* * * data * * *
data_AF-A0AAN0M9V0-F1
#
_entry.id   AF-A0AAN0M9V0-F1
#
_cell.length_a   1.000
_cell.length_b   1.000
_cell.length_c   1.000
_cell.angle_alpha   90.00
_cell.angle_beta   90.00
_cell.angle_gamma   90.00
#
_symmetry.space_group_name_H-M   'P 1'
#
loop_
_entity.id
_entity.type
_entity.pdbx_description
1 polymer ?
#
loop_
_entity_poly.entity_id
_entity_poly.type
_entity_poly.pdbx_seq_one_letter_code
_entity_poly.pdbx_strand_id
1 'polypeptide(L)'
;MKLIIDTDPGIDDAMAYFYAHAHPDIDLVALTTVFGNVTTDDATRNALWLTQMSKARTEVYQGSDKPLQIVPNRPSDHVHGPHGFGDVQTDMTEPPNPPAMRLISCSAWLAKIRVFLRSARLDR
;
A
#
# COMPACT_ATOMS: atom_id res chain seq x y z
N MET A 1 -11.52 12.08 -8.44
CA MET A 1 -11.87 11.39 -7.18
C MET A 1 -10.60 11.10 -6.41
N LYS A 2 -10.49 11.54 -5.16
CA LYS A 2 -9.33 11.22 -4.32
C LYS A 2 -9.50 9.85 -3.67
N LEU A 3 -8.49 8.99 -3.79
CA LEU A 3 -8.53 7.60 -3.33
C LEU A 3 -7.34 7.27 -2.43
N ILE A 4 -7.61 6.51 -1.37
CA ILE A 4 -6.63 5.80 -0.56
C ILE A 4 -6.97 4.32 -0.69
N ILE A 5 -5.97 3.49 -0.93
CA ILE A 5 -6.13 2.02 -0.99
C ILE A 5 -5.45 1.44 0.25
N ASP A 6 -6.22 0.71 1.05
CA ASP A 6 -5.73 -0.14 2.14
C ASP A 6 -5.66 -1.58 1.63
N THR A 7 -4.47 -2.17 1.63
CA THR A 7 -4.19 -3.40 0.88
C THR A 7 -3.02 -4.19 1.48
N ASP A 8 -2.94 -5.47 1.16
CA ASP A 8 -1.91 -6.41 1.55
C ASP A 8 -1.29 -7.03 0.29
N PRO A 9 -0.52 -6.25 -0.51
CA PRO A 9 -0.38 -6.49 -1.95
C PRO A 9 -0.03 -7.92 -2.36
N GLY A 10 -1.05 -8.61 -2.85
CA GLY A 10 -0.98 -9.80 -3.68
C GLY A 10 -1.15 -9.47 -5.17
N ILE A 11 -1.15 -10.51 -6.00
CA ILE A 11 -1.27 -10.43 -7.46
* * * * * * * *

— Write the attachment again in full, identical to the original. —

data_AF-A0AAN0M9V0-F1
#
_entry.id   AF-A0AAN0M9V0-F1
#
_cell.length_a   1.000
_cell.length_b   1.000
_cell.length_c   1.000
_cell.angle_alpha   90.00
_cell.angle_beta   90.00
_cell.angle_gamma   90.00
#
_symmetry.space_group_name_H-M   'P 1'
#
loop_
_entity.id
_entity.type
_entity.pdbx_description
1 polymer ?
#
loop_
_entity_poly.entity_id
_entity_poly.type
_entity_poly.pdbx_seq_one_letter_code
_entity_poly.pdbx_strand_id
1 'polypeptide(L)'
;MKLIIDTDPGIDDAMAYFYAHAHPDIDLVALTTVFGNVTTDDATRNALWLTQMSKARTEVYQGSDKPLQIVPNRPSDHVHGPHGFGDVQTDMTEPPNPPAMRLISCSAWLAKIRVFLRSARLDR
;
A
#
# COMPACT_ATOMS: atom_id res chain seq x y z
N MET A 1 -11.52 12.08 -8.44
CA MET A 1 -11.87 11.39 -7.18
C MET A 1 -10.60 11.10 -6.41
N LYS A 2 -10.49 11.54 -5.16
CA LYS A 2 -9.33 11.22 -4.32
C LYS A 2 -9.50 9.85 -3.67
N LEU A 3 -8.49 8.99 -3.79
CA LEU A 3 -8.53 7.60 -3.33
C LEU A 3 -7.34 7.27 -2.43
N ILE A 4 -7.61 6.51 -1.37
CA ILE A 4 -6.63 5.80 -0.56
C ILE A 4 -6.97 4.32 -0.69
N ILE A 5 -5.97 3.49 -0.93
CA ILE A 5 -6.13 2.02 -0.99
C ILE A 5 -5.45 1.44 0.25
N ASP A 6 -6.22 0.71 1.05
CA ASP A 6 -5.73 -0.14 2.14
C ASP A 6 -5.66 -1.58 1.63
N THR A 7 -4.47 -2.17 1.63
CA THR A 7 -4.19 -3.40 0.88
C THR A 7 -3.02 -4.19 1.48
N ASP A 8 -2.94 -5.47 1.16
CA ASP A 8 -1.91 -6.41 1.55
C ASP A 8 -1.29 -7.03 0.29
N PRO A 9 -0.52 -6.25 -0.51
CA PRO A 9 -0.38 -6.49 -1.95
C PRO A 9 -0.03 -7.92 -2.36
N GLY A 10 -1.05 -8.61 -2.85
CA GLY A 10 -0.98 -9.80 -3.68
C GLY A 10 -1.15 -9.47 -5.17
N ILE A 11 -1.15 -10.51 -6.00
CA ILE A 11 -1.27 -10.43 -7.46